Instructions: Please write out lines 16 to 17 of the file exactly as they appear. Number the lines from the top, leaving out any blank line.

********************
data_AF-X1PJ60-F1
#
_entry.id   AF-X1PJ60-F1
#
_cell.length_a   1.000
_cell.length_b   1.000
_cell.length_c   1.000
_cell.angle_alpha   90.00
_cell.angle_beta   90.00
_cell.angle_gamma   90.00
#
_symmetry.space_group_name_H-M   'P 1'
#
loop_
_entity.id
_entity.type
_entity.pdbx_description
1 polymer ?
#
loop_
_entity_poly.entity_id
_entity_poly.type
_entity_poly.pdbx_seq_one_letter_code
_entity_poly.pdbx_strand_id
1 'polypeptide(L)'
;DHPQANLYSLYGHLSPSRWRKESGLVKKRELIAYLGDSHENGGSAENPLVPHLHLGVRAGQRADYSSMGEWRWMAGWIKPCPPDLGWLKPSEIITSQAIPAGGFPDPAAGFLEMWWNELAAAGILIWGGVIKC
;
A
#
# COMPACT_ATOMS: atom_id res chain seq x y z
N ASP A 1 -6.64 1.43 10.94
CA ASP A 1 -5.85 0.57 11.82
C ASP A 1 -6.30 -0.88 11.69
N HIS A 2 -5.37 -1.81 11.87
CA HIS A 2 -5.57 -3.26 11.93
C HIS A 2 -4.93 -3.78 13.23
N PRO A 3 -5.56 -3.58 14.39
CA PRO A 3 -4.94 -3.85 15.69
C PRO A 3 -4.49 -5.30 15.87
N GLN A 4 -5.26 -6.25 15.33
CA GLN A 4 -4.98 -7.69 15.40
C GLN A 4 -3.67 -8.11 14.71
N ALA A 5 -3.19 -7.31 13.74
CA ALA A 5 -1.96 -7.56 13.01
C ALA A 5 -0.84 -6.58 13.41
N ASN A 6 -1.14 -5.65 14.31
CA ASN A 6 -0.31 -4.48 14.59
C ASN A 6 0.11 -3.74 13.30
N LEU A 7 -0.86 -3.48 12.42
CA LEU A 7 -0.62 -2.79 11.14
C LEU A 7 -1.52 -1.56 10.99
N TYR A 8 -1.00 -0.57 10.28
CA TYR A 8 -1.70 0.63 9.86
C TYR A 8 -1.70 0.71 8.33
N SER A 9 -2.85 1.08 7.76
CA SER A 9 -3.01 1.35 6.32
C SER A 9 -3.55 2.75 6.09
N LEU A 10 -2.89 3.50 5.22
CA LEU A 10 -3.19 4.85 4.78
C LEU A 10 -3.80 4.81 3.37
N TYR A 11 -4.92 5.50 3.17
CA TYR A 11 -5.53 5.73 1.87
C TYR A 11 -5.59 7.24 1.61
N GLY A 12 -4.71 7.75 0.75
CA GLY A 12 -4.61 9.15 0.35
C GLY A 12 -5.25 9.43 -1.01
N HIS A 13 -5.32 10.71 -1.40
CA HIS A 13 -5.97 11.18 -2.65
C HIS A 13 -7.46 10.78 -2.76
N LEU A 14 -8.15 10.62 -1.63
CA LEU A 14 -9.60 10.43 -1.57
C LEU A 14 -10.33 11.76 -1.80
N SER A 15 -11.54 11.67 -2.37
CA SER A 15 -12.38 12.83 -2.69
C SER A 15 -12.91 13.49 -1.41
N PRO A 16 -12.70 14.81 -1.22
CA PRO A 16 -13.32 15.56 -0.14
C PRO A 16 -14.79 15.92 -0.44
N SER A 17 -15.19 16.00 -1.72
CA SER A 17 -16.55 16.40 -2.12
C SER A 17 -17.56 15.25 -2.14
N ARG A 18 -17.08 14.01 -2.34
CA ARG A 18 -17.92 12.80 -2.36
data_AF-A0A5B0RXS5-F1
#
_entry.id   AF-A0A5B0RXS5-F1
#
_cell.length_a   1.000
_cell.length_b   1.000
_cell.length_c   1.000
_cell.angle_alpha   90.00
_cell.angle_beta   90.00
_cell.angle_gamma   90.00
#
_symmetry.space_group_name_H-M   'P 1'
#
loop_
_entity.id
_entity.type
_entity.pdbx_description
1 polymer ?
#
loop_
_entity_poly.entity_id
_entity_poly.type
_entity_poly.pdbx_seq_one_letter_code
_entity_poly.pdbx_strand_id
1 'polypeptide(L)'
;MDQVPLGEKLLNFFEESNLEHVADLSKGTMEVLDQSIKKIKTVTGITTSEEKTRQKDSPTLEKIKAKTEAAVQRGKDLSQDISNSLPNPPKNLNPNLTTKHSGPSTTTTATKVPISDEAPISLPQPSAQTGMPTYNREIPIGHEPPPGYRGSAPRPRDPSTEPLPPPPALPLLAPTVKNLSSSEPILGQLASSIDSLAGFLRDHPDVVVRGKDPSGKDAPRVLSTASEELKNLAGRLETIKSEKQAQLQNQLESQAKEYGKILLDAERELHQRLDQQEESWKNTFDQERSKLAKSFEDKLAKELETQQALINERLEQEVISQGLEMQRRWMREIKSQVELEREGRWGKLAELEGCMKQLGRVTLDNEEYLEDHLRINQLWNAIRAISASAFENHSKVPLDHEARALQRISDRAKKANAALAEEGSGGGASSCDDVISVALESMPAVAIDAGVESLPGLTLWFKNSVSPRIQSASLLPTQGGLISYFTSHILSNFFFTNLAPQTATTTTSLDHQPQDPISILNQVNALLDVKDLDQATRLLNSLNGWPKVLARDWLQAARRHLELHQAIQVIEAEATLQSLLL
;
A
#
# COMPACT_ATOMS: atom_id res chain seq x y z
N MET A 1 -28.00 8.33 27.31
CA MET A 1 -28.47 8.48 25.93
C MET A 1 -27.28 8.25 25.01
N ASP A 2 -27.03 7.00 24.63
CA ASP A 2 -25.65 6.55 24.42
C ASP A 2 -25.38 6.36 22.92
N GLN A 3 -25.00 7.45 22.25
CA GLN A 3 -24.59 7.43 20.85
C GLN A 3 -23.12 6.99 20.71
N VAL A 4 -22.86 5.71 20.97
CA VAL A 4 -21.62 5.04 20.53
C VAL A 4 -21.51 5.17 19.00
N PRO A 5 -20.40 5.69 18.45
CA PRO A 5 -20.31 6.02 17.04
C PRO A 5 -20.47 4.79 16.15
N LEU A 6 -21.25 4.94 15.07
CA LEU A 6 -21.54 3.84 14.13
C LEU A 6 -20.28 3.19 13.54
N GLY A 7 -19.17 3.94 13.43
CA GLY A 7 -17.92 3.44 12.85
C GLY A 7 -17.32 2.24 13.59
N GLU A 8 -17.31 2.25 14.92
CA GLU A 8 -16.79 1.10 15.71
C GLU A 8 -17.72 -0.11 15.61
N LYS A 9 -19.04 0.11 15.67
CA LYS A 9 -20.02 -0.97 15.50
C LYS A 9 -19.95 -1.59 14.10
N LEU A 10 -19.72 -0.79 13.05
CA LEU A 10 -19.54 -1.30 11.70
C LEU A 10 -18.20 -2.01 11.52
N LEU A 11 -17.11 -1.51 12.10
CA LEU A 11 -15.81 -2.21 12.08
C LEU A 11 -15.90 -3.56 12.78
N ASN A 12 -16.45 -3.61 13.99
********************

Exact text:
_entity.type
_entity.pdbx_description